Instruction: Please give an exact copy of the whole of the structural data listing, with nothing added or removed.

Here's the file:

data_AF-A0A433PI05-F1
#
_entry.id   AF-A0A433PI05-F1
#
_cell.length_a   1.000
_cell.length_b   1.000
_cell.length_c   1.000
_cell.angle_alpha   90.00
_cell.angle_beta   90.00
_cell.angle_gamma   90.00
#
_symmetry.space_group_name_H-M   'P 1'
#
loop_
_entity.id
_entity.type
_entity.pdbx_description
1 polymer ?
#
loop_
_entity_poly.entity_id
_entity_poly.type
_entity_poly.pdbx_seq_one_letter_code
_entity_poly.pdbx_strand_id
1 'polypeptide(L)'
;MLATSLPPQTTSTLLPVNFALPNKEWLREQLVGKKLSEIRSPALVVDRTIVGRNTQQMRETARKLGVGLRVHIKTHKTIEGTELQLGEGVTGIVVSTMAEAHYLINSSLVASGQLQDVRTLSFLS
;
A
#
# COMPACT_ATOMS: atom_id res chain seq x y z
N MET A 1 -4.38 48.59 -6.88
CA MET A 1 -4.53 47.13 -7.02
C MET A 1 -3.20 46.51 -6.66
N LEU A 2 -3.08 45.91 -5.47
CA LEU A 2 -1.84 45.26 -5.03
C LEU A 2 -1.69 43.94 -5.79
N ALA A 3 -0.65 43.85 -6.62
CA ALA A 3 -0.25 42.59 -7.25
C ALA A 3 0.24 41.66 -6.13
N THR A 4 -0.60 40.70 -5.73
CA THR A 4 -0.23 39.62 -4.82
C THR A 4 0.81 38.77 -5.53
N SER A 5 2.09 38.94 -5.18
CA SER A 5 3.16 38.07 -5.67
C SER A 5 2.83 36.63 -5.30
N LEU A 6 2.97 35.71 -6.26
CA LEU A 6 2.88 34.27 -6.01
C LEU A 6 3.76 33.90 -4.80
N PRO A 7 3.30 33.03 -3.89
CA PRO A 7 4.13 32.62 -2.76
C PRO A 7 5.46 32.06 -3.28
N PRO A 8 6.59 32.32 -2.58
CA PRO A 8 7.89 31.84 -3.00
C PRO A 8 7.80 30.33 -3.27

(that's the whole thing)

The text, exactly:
data_AF-A0A433PI05-F1
#
_entry.id   AF-A0A433PI05-F1
#
_cell.length_a   1.000
_cell.length_b   1.000
_cell.length_c   1.000
_cell.angle_alpha   90.00
_cell.angle_beta   90.00
_cell.angle_gamma   90.00
#
_symmetry.space_group_name_H-M   'P 1'
#
loop_
_entity.id
_entity.type
_entity.pdbx_description
1 polymer ?
#
loop_
_entity_poly.entity_id
_entity_poly.type
_entity_poly.pdbx_seq_one_letter_code
_entity_poly.pdbx_strand_id
1 'polypeptide(L)'
;MLATSLPPQTTSTLLPVNFALPNKEWLREQLVGKKLSEIRSPALVVDRTIVGRNTQQMRETARKLGVGLRVHIKTHKTIEGTELQLGEGVTGIVVSTMAEAHYLINSSLVASGQLQDVRTLSFLS
;
A
#
# COMPACT_ATOMS: atom_id res chain seq x y z
N MET A 1 -4.38 48.59 -6.88
CA MET A 1 -4.53 47.13 -7.02
C MET A 1 -3.20 46.51 -6.66
N LEU A 2 -3.08 45.91 -5.47
CA LEU A 2 -1.84 45.26 -5.03
C LEU A 2 -1.69 43.94 -5.79
N ALA A 3 -0.65 43.85 -6.62
CA ALA A 3 -0.25 42.59 -7.25
C ALA A 3 0.24 41.66 -6.13
N THR A 4 -0.60 40.70 -5.73
CA THR A 4 -0.23 39.62 -4.82
C THR A 4 0.81 38.77 -5.53
N SER A 5 2.09 38.94 -5.18
CA SER A 5 3.16 38.07 -5.67
C SER A 5 2.83 36.63 -5.30
N LEU A 6 2.97 35.71 -6.26
CA LEU A 6 2.88 34.27 -6.01
C LEU A 6 3.76 33.90 -4.80
N PRO A 7 3.30 33.03 -3.89
CA PRO A 7 4.13 32.62 -2.76
C PRO A 7 5.46 32.06 -3.28
N PRO A 8 6.59 32.32 -2.58
CA PRO A 8 7.89 31.84 -3.00
C PRO A 8 7.80 30.33 -3.27